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Philippines Urges Xstrata to Await Law Before Starting Mines

Oct. 17 (Bloomberg) -- Xstrata Plc and other mining companies seeking to operate in the Philippines must wait for a new law before developing projects, President Benigno Aquino said as the government devises rules to take a bigger share of the nation’s natural resources.

“I don’t have confidence that the existing laws do adequately protect the environment or do adequately share the resource that belongs to the people of this country,” Aquino said today at a forum in Manila. “The safest position would be to await these new amendments.”

The Philippines stopped issuing new mining permits in January 2011. In July this year, Aquino extended the moratorium until Congress passes a law that will give the government a higher share of mining revenue. The Southeast Asian nation is among resource-rich countries seeking to boost its share of mineral wealth after attracting foreign investors including Australia’s OceanaGold Corp. and Switzerland’s Xstrata.

Xstrata and Indophil Resources NL’s $5.9 billion copper-gold project in South Cotabato province was denied environmental clearance in January because of a ban on open-pit mining. The mine is slated to produce an average 340,000 metric tons of copper and 350,000 ounces of gold a year for two decades starting in 2016. It will constitute the largest foreign direct investment in the Philippines.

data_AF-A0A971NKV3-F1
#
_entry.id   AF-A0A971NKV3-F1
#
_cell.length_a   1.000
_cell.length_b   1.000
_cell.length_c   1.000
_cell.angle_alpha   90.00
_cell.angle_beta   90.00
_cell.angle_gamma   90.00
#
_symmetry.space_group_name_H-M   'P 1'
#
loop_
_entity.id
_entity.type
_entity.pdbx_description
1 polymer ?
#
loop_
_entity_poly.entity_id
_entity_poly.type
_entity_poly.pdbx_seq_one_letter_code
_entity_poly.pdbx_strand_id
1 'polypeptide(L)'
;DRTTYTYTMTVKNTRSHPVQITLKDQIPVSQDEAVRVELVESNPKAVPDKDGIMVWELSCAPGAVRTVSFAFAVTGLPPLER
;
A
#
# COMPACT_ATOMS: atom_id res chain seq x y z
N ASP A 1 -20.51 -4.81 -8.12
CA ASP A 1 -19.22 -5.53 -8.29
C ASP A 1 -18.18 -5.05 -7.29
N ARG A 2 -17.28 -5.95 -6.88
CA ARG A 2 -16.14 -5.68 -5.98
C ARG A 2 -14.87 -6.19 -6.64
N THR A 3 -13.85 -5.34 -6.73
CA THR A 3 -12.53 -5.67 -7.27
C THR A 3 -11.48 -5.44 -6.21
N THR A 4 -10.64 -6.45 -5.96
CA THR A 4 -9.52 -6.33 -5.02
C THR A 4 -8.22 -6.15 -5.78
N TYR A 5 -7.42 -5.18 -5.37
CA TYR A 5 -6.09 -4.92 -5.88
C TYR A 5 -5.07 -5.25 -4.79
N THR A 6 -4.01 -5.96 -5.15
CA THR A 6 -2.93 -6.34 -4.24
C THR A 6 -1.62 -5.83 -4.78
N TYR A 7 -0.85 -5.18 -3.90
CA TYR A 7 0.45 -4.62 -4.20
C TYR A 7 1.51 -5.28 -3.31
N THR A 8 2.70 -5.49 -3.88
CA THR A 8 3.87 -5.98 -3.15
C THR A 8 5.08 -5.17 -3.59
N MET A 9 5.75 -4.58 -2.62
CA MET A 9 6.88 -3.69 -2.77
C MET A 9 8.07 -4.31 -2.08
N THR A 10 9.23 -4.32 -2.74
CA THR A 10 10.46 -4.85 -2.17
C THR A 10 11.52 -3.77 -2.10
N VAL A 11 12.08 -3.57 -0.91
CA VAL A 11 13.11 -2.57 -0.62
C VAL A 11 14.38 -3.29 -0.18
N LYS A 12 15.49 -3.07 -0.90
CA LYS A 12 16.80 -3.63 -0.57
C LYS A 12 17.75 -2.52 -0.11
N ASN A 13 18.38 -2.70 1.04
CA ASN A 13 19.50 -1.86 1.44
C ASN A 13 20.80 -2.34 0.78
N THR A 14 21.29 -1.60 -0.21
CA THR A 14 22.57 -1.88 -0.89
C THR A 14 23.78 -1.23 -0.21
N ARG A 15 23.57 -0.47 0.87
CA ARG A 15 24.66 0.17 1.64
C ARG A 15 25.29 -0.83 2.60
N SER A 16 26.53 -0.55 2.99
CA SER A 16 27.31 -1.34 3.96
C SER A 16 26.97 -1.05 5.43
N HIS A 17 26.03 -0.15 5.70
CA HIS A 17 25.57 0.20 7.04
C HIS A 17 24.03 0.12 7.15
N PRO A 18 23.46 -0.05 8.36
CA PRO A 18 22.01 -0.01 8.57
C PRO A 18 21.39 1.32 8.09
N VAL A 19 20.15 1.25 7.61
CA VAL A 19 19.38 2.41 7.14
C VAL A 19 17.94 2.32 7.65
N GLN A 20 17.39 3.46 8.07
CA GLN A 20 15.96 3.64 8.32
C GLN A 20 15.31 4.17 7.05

Sagittarius Project

Xstrata’s Sagittarius Mines unit, seeking to develop the project, said today it’s seeking approval for an environmental permit, which would allow it to seek further permits from the local and national authorities.

“Any decision to construct the proposed mining operation would depend on obtaining these required approvals as well as an investment decision by shareholders,” Sagittarius said in a statement. “If approved, the total tax and royalty revenues provided by the mine over its 20-year life are estimated at around $7.2 billion.”

The government plans to ask Congress to impose a royalty of as much as 7 percent on all mining projects, in addition to the 2 percent excise tax levied on the 33 mines in operation, Environment Secretary Ramon Paje said in July when Aquino signed the mining order. Lawmakers are unlikely to pass the changes into law this year, House Speaker Feliciano Belmonte said in September.

Waiting “seems to be the more prudent way to look at it,” Aquino said. “That’s the name of the game. Do I risk the environment, the health of our people, the loss of our resources for some temporary gain at this point in time?”

To contact the reporters on this story: Cecilia Yap in Manila at; Joel Guinto in Manila at

To contact the editor responsible for this story: Clarissa Batino at

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